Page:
The American Psychiatric Association has signaled that, with the publication of DSM-5, transgender identity will no longer of itself be classified as a mental disorder, a change that they hope will remove stigma and undercut anti-trans prejudice, but critics have attacked the move as sleight of hand due to changes elsewhere in the manual.
Changing “Gender Identity Disorder” for “Gender Dysphoria”
On Saturday, the APA’s Board of Trustees at a meeting in Washington, D.C., voted to change how it classes trans identity in the forthcoming Diagnostic and Statistical Manual of Mental Disorders (DSM).
Currently, transgender identity is classed as Gender Identity Disorder, and has been labeled as such since the third edition of the DSM published in the 1980s.
This has long been protested by many in the trans community who point out that disorders are associated with symptoms that impede people from living their lives fully and which encroach on their overall well-being. This does not describe the experience of many trans people who are well adjusted and in all respects are both mentally and physically healthy.
They have also argued that, while their gender appearance and identity mismatch may cause them depression and anxiety, those elements can be fixed through gender realignment intervention. However, in order to access such medical intervention, trans people were nearly always required to have a GID diagnosis, hampering them with the stigma of a “mental disorder” that can cost them employment opportunities and which has served to increase anti-trans prejudice.
Now, the APA will classify trans identity under gender dysphoria, which broadly identifies distress over “a marked incongruence between one’s experienced/expressed gender and assigned gender.”
Those who have supported the move say this is akin to the depathologization of homosexuality in 1973.
Labeling Trans People Sexual Deviants with Transvestic Disoder
However, a number of trans groups have said that the APA has essentially played a sleight of hand with this move because while it has seemed to depathologize with “gender dysphoria,” it appears DSM-5 will contain an amended “Transvestic Fetishism” in favor of “Transvestic Disorder,” and that this change is deeply injurious to the diagnostic framework and how it treats trans people.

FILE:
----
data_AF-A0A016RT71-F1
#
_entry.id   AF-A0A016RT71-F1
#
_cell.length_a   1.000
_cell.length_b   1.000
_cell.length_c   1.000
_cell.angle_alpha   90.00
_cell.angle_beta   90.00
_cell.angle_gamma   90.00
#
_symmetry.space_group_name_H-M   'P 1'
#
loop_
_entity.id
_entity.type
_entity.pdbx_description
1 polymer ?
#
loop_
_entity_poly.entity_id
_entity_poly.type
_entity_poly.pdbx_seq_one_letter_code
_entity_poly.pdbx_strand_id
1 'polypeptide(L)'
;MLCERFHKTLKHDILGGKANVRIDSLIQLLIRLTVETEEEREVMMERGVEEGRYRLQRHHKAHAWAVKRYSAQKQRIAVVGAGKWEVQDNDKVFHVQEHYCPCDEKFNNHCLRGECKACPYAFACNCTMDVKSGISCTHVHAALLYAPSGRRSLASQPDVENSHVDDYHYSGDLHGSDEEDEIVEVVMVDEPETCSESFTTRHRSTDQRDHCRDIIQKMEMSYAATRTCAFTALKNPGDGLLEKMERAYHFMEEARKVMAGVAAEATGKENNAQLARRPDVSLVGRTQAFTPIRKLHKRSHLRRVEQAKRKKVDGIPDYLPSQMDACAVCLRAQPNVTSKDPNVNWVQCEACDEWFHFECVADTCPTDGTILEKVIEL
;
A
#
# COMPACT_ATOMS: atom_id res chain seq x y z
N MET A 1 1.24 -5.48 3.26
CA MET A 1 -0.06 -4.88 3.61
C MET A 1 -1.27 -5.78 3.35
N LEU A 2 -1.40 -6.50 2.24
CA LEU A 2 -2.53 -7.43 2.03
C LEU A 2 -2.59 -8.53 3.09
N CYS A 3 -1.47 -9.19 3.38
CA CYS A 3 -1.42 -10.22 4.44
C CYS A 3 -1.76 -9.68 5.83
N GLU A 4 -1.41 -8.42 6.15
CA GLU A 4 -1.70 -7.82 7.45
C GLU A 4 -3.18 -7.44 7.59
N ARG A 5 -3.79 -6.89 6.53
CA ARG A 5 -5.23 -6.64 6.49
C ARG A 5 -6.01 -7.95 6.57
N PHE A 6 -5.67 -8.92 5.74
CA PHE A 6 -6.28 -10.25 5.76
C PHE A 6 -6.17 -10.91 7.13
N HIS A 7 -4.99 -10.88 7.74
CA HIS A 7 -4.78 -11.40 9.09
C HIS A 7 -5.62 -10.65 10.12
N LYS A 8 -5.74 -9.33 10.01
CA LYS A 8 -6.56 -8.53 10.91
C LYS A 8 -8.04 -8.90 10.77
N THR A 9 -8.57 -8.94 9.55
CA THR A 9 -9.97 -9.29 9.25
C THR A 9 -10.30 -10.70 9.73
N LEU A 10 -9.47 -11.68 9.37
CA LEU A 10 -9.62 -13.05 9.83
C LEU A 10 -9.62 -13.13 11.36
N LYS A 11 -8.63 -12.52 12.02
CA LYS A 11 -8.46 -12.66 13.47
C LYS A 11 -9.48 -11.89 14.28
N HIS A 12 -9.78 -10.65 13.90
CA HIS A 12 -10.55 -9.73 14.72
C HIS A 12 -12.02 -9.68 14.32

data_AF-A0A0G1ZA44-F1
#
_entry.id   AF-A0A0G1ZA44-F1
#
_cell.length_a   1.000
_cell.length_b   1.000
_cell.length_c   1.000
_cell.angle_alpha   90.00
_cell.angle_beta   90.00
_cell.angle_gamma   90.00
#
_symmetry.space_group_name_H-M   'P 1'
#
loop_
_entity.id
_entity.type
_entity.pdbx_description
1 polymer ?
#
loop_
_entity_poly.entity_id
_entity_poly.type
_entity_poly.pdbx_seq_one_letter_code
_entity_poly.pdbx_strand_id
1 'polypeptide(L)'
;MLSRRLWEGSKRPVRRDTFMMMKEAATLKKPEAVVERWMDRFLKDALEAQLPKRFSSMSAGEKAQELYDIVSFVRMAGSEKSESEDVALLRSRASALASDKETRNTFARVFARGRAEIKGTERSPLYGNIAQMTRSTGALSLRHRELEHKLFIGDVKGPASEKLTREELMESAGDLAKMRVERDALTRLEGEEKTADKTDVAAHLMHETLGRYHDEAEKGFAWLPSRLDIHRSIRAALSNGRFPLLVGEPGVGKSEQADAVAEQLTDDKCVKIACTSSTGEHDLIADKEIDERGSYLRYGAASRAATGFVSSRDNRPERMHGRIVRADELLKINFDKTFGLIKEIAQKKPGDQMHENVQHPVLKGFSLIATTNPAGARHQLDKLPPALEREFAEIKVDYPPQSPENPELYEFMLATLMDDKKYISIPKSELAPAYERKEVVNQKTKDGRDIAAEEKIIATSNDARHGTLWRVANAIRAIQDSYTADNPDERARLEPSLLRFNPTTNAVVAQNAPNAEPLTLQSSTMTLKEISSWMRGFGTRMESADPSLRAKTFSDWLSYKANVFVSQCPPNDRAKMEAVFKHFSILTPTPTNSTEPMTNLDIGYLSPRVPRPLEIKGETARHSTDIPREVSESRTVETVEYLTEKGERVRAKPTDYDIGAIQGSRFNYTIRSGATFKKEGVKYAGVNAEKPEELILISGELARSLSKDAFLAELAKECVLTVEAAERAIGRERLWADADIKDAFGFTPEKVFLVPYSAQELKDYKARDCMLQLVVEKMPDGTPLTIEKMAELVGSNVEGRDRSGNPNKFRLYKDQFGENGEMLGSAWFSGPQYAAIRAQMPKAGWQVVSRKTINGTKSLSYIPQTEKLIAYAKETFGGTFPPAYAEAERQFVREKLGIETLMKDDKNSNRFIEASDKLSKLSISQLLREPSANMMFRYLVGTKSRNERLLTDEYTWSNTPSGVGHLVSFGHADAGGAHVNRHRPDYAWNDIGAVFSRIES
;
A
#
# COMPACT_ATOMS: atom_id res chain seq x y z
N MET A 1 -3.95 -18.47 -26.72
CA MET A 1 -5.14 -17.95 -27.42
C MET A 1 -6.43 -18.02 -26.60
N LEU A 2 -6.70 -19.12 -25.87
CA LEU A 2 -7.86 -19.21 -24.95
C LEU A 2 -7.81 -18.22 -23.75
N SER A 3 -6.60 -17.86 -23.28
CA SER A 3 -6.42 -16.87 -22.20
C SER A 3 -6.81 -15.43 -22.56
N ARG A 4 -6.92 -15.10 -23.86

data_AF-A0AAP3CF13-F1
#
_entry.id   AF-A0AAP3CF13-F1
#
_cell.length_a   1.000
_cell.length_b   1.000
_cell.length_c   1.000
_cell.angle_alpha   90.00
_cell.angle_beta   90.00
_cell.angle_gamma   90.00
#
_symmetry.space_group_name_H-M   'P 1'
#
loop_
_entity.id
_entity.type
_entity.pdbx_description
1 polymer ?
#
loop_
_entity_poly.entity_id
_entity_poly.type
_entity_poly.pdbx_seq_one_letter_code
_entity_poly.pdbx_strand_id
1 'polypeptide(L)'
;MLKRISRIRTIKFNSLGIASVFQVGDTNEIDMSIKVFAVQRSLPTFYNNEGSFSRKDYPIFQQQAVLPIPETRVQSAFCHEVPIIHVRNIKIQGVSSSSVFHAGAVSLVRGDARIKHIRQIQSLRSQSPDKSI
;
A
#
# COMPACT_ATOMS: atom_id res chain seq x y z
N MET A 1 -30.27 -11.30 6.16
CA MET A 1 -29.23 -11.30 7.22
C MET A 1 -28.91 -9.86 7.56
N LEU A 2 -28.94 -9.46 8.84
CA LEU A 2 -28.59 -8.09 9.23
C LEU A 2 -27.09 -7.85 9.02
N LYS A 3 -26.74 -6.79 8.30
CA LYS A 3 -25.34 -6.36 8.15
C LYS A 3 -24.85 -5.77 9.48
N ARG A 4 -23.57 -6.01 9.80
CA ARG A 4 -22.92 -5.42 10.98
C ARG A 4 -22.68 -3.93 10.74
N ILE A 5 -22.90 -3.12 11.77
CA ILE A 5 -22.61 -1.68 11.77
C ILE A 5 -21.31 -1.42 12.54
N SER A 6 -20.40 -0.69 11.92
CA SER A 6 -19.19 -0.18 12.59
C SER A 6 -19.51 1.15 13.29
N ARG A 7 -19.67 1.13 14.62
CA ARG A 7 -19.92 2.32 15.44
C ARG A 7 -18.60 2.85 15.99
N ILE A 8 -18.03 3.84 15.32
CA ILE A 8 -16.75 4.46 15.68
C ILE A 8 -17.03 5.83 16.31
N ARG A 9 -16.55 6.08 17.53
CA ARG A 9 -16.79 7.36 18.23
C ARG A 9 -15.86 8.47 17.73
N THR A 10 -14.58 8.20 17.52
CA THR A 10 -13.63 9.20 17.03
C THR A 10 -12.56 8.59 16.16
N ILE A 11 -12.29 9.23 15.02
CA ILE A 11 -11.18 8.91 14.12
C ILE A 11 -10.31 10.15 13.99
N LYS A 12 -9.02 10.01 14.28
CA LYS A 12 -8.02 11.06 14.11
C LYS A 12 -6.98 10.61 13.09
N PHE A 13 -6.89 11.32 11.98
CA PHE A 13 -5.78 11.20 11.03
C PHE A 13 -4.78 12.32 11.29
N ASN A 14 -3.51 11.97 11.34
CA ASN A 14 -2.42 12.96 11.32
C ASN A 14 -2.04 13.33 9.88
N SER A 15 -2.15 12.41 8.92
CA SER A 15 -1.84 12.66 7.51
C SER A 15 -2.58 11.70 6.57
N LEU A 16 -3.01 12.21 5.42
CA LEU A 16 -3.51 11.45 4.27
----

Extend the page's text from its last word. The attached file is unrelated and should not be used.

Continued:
The move from Transvestic Fetishism to Transvestic Disorder has been backed by Dr. Ray Blanchard, of the Toronto Centre for Addiction and Mental Health, whose work on the board has outraged many in the trans community because he authored a theory of autogynephilia which essentially asserts that all transsexual women who are not exclusively attracted to men have transitioned because of a self-obsessed sexual fetishism, this despite concerns that his theory lacks any solid grounding in fact.
Essentially, the change to Transvestic Disorder compounds a long standing issue with the original Transvestic Fetishism because it has made male-to-female (MtF) trans identity into a “paraphilic” sexual disorder, that is to say that it has been grouped with harmful behaviors such as pedophilia. Such notions continue to feed into the religious right’s false and abhorrent notion that trans identity, and in particular MtF trans people, are sexual deviants who cannot be trusted around children.
While the APA has as a matter of policy rallied against such ideas, the fact that Transvestic Disorder appears to have been framed to perpetuate this autogynephilia theory is deeply disturbing.
Furthermore, it appears that Transvestic Disorder will contain a marker to pathologize trans men and, if early proposals are carried through, adds an “In Remission” specifier — which means there is no way to exit the diagnosis. Potentially, the now broader diagnosis of Transvestic Disorder could pathologize many who identify as trans, and in fact, many who simply class their gender as being fluid.
So on the one hand, gender dysphoria appears to align DSM-V with current moves to affirm trans identity, but on the other, concerns over Tranvestic Disorder’s broad and damaging nature mean that the good found in this change seems to have been undercut.
With the publication of DSM-5 in May of 2013, we will be able to gauge exactly what good and what ill has come out of this major revision.
Image credit: Thinkstock.